As I'm sure all of you are aware by now, this Labor Day weekend turned out to be something of a disaster for one hundred female celebrities, including Jennifer Lawrence, Kate Upton and Kirsten Dunst, who had a slew of unauthorized, and most unclothed, pictures of themselves splashed across millions, if not billions, of screens around the world.
As humiliating as the incident was for them (and I can’t even imagine what it must feel like to be violated like that), it was also caused major headaches for Apple, whose iCloud service was accused for being, at least somewhat, responsible for allowing such an incident occur.
Since such a security breach being Apple's fault would obviously be something of a disaster for the company, given how many people currently depend on its cloud services for their data, Apple immediately said it would investigate to see if this was actually the case, and now, less than two days later, it has already ended that inquiry.
The conclusion: there is nothing wrong with iCloud.
When the company first heard about what happened, Apple said in a statement, it was "outraged and immediately mobilized Apple’s engineers to discover the source," as "our customers’ privacy and security are of utmost importance to us."
The result of the investigation, which only lasted 40 hours, seems to have absolved Apple of any responsibility for what happened.
"None of the cases we have investigated has resulted from any breach in any of Apple’s systems including iCloud or Find my iPhone," the company wrote. "We are continuing to work with law enforcement to help identify the criminals involved."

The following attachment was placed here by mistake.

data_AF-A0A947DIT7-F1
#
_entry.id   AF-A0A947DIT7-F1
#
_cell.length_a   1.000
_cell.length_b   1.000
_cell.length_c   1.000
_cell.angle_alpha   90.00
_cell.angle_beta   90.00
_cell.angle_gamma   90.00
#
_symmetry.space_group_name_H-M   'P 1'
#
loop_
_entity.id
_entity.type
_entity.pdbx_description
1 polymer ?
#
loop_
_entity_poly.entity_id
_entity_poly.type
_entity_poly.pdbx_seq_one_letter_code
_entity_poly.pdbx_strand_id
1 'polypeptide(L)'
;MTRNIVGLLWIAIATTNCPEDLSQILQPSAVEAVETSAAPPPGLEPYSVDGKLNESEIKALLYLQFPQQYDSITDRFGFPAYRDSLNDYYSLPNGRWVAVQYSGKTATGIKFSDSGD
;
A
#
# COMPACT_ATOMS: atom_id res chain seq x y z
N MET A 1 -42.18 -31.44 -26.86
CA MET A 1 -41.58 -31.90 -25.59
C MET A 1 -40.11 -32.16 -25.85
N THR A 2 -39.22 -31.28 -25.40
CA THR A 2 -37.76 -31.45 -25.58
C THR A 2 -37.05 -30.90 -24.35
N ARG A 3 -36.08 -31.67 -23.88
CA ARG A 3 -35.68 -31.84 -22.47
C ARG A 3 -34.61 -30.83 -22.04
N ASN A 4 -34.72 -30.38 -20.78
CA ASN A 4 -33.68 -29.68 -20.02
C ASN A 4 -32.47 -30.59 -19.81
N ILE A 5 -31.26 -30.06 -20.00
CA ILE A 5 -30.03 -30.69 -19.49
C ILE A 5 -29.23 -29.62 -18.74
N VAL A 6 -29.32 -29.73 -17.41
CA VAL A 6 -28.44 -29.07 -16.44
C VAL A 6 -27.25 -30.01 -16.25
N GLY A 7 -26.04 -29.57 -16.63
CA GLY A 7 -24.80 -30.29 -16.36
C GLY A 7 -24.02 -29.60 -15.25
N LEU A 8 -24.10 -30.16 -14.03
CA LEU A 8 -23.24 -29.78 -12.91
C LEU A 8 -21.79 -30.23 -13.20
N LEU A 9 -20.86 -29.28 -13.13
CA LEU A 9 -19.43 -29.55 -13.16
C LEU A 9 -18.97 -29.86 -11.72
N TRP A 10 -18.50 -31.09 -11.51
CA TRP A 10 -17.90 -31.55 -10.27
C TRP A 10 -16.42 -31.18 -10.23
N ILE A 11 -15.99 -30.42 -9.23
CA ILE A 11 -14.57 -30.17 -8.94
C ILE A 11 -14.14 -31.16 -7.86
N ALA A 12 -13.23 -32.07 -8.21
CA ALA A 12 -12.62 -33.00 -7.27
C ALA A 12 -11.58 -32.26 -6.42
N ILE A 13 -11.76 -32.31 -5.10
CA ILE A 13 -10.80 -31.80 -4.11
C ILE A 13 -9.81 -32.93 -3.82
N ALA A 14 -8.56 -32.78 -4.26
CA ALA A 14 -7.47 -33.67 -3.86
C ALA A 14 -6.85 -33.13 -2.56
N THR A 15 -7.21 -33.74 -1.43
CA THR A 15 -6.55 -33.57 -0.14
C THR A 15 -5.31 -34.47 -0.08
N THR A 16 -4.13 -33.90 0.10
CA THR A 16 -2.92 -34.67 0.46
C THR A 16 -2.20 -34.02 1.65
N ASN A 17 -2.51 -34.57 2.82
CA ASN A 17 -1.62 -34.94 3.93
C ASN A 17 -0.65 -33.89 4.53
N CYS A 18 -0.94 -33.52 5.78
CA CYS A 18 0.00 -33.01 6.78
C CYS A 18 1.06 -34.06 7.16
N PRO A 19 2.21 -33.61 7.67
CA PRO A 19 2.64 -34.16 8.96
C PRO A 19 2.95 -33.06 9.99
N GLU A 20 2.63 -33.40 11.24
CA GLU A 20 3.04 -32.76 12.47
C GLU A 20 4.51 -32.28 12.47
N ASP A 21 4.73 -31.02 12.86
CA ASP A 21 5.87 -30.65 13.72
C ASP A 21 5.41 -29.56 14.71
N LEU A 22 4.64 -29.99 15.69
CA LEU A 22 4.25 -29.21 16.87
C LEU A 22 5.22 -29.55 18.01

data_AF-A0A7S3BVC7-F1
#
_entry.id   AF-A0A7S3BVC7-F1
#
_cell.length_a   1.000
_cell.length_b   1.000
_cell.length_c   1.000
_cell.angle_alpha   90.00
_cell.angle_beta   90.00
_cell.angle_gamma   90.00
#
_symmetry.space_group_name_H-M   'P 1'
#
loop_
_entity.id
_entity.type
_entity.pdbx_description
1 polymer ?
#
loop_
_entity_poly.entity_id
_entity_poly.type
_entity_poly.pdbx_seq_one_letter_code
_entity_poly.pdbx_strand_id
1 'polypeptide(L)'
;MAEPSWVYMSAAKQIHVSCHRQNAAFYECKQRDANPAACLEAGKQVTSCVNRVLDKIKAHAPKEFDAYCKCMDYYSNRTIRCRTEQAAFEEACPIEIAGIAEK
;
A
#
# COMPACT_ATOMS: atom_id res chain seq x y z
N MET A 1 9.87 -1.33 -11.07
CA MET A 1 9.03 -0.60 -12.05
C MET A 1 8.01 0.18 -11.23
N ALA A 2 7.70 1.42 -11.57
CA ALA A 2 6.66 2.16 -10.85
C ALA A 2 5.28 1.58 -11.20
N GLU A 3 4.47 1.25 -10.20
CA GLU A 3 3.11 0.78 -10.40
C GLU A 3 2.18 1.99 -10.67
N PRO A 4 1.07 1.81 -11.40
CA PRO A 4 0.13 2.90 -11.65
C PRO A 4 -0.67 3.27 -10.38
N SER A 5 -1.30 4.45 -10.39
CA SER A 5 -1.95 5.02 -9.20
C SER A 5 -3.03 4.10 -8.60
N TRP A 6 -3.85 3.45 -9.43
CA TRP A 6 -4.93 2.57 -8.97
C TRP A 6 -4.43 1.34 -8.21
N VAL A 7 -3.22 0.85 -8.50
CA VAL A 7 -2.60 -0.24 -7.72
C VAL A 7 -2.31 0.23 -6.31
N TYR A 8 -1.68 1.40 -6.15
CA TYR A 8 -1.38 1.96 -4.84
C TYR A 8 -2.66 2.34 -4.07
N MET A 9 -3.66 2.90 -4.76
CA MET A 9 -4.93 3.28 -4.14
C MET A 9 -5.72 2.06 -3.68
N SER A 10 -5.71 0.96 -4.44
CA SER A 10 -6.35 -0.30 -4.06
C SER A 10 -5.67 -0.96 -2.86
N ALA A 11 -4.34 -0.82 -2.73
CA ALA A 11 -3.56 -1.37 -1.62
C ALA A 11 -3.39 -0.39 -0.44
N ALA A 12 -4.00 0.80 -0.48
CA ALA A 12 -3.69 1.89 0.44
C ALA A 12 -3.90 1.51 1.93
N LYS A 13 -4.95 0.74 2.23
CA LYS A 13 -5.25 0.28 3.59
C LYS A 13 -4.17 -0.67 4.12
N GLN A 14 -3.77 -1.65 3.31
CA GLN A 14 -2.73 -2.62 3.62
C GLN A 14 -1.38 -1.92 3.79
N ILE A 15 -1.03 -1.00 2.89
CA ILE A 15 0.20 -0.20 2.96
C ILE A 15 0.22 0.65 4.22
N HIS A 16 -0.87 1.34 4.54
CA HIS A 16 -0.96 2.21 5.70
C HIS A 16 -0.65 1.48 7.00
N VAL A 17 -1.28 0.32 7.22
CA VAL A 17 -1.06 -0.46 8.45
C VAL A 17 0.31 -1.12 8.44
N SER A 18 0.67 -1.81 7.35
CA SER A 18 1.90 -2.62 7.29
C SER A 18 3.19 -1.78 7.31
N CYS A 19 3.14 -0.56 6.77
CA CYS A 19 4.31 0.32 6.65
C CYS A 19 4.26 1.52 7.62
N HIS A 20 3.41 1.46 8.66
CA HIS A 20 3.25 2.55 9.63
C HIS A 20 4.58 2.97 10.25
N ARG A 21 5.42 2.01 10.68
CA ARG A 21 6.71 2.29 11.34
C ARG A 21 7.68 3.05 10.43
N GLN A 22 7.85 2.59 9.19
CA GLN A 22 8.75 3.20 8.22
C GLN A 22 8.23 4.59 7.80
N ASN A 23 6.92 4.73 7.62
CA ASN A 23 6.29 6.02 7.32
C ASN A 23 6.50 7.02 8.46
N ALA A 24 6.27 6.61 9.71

So if there are no security flaws on iCloud, what did happen, exactly? Apple seems to be putting at least some of the blame on the victims for not putting strong enough security on their accounts. Here is the company's exact language on the subject:
"After more than 40 hours of investigation, we have discovered that certain celebrity accounts were compromised by a very targeted attack on user names, passwords and security questions, a practice that has become all too common on the Internet."
The company is also advising all of its users to "always use a strong password and enable two-step verification," which indicates that it is putting the majority of the onus on security onto the user.
Though Apple says there was no breach in Find my iPhone, at least one security flaw has already been discovered, which did not put a limit on the number of times someone can try to input a username and password. It has been already been subsequently fixed.
Whatever the cause of the hacking turns out to be, be it a flaw Apple's systems or not, the company's reputation for security took a big hit this past weekend, and it might be a while before people put their trust in its cloud services again.
VatorNews has reached out to Apple for more information regarding how the hackers were able to access those cloud accounts. We will update if we learn more.
(Image source: searchednews.com)